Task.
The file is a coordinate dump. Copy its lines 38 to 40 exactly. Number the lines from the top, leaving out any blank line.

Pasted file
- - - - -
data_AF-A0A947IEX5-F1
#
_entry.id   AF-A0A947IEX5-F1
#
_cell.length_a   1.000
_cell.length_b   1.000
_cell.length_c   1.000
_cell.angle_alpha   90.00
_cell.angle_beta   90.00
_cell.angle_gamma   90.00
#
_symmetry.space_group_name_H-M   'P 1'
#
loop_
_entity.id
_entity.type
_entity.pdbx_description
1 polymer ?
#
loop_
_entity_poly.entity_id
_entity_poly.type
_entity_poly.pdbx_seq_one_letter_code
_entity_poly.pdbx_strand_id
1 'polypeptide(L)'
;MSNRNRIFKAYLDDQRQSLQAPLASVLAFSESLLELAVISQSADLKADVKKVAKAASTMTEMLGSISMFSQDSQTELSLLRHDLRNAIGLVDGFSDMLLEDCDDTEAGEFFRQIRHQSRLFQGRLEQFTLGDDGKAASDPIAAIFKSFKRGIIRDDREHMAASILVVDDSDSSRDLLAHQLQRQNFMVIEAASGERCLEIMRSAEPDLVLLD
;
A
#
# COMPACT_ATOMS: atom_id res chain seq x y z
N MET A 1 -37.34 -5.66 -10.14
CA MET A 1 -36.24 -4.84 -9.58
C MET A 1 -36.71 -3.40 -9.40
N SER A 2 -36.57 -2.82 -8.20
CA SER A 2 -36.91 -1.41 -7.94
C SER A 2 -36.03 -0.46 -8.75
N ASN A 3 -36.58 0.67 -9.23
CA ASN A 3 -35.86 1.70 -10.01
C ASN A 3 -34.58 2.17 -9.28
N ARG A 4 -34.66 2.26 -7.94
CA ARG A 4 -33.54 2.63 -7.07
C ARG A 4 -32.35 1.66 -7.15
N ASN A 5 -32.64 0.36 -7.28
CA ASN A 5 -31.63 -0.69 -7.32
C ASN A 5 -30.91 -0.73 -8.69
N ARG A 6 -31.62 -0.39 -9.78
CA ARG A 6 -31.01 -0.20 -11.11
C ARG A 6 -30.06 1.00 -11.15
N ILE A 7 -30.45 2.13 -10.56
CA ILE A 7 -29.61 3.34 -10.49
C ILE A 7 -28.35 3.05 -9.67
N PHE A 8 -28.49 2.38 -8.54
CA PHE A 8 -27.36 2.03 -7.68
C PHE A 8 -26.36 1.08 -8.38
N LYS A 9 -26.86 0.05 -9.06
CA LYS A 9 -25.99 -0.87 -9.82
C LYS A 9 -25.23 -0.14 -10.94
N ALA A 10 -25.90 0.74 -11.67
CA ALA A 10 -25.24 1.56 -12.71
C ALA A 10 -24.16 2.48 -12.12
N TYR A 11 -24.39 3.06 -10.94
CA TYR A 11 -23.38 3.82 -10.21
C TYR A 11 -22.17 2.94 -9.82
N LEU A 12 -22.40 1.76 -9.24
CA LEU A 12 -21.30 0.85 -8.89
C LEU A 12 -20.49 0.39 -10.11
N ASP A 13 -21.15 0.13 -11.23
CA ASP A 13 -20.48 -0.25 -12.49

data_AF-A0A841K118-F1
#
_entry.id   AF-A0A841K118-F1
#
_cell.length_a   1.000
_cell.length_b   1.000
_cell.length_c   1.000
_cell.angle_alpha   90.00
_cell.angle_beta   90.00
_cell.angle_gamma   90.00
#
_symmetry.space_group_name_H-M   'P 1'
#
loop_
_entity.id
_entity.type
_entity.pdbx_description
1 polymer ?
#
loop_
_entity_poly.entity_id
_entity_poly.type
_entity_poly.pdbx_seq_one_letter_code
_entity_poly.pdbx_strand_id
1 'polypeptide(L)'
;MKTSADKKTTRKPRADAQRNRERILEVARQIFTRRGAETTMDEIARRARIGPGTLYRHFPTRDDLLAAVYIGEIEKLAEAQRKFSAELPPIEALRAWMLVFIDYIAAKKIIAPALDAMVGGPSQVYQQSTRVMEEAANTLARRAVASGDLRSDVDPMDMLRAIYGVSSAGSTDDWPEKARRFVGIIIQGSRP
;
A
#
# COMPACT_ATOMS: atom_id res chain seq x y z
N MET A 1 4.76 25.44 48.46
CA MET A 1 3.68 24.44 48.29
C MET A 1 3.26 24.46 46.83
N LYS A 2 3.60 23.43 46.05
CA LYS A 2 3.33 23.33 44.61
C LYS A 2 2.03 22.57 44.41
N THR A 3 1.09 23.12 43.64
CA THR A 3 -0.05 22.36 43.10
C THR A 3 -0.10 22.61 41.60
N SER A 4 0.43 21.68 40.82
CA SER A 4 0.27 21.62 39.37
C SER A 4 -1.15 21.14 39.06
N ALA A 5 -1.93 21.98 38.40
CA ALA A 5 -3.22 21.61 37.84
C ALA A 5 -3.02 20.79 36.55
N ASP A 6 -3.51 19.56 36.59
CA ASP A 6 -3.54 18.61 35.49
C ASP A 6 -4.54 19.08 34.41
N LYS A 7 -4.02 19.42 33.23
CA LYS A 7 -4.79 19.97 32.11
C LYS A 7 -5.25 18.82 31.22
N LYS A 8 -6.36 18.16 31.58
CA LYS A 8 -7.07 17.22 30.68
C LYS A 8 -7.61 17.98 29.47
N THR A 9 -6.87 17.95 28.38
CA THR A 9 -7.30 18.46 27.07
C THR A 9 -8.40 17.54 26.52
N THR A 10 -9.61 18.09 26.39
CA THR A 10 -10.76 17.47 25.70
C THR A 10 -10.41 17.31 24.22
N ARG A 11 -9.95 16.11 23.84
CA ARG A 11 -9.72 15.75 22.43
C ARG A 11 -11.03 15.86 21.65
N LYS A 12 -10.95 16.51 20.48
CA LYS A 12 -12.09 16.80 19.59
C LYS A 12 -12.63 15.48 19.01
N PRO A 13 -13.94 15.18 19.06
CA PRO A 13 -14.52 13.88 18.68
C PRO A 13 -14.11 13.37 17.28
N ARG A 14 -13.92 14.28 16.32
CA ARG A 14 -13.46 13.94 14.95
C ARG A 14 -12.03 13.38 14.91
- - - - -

CA ASN A 3 -35.86 1.70 -10.01
C ASN A 3 -34.58 2.17 -9.28
N ARG A 4 -34.66 2.26 -7.94